Last week was a lively one at SpicyIP with us covering a range of issues such as secondary electronic evidence, jurisdiction in e-commerce disputes and the Supreme Court’s decision to invalidate the National Tax Tribunal. We also had a lot of Bollywood news- such as John Doe order for the film Happy New Year, a personality rights suit by Boney Kapoor, and more! Read on.
The SpicyIP Story of the Week: Swaraj brought us a post on the US Trade Representative’s decision to conduct an ‘Out of Cycle Review’ (OCR) to unilaterally grade India’s IPR Regime. Swaraj noted with concern that not only is the entire process a degrading political pressure mechanism with no credibility, it also perhaps reveals the direction that the India-US Joint IP working group set up under the new government will take. However, a couple of days later, Swaraj followed it up with an update that the Government of India has told the American authorities that they will not be cooperating with the unilateral process that goes into the OCR Report as they have no obligation to do so. Further, the Government also stated that the new comprehensive IPR Policy of India will settle the matter forever! This is a welcome sign that the IPR Policy will not be bowing down to US pressure.
Anubha then posted on the new tools launched by the Controller General of Patents and Trademarks. In a big step towards transparency (perhaps the first in the world to achieve such high levels of it), the office has introduced innovative tools such as “Stock and Flow” for patents and dynamic utility facility for trademarks.
Shamnad then posted excerpts from his op-ed in the Financial Express on the Supreme Court invalidation of the National Tax Tribunal. He argues that under the logic of the NTT decision, a number of other tribunals including the IPAB must be axed as well.
We then had a Guest Post by Aradhya Sethia, a student at NLSIU, Bangalore on the recent Supreme Court decision Anvar PV v. PV Basheer, which deals with secondary electronic evidence. He makes two major observations- The first is that the Court over-ruled the Parliament attack case and held that S.65B of the IT Act is a self-contained code for computer output. The implication of this is that a lot of potential evidence will be rendered inadmissible as S.65B contains several conditions for evidence to be admissible. The second observation he makes it Paragraph 24 of the judgment, which makes a distinction between CDs directly used for announcements (calling it primary evidence) and CDs which were made once the announcements were fed into the computer (calling it secondary evidence). Aradhya points out that this contradicts the text of S.65B of the IT Act.
Devika posted on the Freedom Trust, an initiative started by Mr. Hartosh Singh Bal (political editor at the Caravan) which aims to intervene legally in case of censorship by the State and other organisations.
Thomas then posted on the recent CCI Decision on T-Series’ Minimum Commitment Charges, where it was held that such charges were unfair and discriminatory. He focuses on the issues of jurisdiction of the commission, determination of relevant market and the evaluation of IP.
This was followed by Devika’s post on the Delhi High Court’s decision which has held that jurisdiction in e-commerce cases involving trademark and copyright disputes would be determined by the buyer’s place of residence.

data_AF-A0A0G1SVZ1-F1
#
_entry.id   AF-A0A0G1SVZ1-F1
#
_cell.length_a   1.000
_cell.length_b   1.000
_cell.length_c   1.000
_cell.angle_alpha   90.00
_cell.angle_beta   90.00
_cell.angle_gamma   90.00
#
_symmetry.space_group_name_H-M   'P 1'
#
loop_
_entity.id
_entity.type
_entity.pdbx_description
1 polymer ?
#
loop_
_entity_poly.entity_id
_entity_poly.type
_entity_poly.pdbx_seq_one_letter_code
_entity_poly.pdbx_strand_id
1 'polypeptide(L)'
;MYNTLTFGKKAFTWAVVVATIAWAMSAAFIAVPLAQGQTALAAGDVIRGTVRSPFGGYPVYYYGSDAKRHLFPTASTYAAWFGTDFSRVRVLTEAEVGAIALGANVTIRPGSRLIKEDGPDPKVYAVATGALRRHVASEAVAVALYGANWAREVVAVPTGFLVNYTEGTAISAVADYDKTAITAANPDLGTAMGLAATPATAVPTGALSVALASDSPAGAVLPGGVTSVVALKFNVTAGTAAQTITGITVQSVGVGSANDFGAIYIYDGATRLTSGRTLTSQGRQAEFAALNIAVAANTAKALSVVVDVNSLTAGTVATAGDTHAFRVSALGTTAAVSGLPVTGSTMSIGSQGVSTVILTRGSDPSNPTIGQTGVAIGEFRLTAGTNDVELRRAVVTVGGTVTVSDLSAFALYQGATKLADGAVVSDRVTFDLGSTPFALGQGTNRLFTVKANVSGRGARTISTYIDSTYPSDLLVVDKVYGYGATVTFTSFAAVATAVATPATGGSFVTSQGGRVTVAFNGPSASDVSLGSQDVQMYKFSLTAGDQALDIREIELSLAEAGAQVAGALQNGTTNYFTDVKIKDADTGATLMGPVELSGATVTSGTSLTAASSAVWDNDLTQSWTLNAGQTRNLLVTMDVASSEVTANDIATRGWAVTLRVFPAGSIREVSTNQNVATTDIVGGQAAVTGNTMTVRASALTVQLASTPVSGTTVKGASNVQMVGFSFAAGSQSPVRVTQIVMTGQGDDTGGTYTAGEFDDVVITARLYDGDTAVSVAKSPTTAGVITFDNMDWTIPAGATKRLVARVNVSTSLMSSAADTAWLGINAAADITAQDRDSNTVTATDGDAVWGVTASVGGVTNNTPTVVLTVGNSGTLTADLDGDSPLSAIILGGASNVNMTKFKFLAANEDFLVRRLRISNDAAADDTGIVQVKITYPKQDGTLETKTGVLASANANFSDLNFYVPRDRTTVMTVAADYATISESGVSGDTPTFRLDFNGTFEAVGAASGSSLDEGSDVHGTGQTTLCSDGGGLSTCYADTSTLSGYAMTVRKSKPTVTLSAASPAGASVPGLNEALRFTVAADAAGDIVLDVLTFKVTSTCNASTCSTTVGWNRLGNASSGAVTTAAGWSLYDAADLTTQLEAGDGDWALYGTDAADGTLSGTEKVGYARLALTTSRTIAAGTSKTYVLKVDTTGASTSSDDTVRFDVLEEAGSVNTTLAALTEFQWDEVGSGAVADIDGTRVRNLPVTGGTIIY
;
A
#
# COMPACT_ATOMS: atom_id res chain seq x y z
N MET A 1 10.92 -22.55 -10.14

Devika then posted that Red Chillies Entertainment has obtained a John Doe order from the Bombay High Court regarding the release of the film Happy New Year, based on the apprehension that pirated copies of the film may be circulated in the market.
Devika also brought us a post for the SpicyIP Blast from the Past series, where she highlights the copyright aspects of the 1957 film Pyaasa.
1) Devika’s post titled ‘First Rajnikanth, Now Sridevi’ was on Boney Kapoor has served a legal notice on Ram Gopal Verma over the soon-to-be-released Telugu Film Sridevi. The poster of the film shows a woman baring her midriff and a young boy looking on lecherously. Boney Kapoor (Actress Sridevi’s husband) took issue with the fact that the title appears to allude to RGV’s childhood crush on Sridevi! Spicy indeed! An anonymous commenter has left the comment, “Finally, we have an article which justifies the title of the website!” [We disagree. We think everything on our blog is hot and spicy :)]
2) Devika also brought us the update that the Harvard Blue Book is now in the public domain.
3) International Open Access Week is from 20th-26th October. It is organized by the Scholarly Publishing and Academic Resources Coalition (SPARC) every year. The theme for the Open Access Week this year is ‘Generation Open’, highlighting the importance of students and early career researchers as advocates for Open Access policy.
1) The High Court of England and Wales has ordered 5 ISPs to block access to six websites accused of selling counterfeit goods. This is a first in ISP liability jurisprudence where they have been asked to block access for trademark infringement- in the past, Courts have allowed this route only for copyright infringement.
2) The Finnish Parliament has recommended that Finland’s crowdsourced “Common Sense for Copyright” Bill be rejected as it deviated too far from the present copyright law- it asked for reduced penalties for infringement, broader exceptions for fair use, parody, etc. While the rejection is disappointing (and highlights the gulf between the copyright regime and what people think is ‘fair’), it is always heartening to see democratic engagement in copyright policy.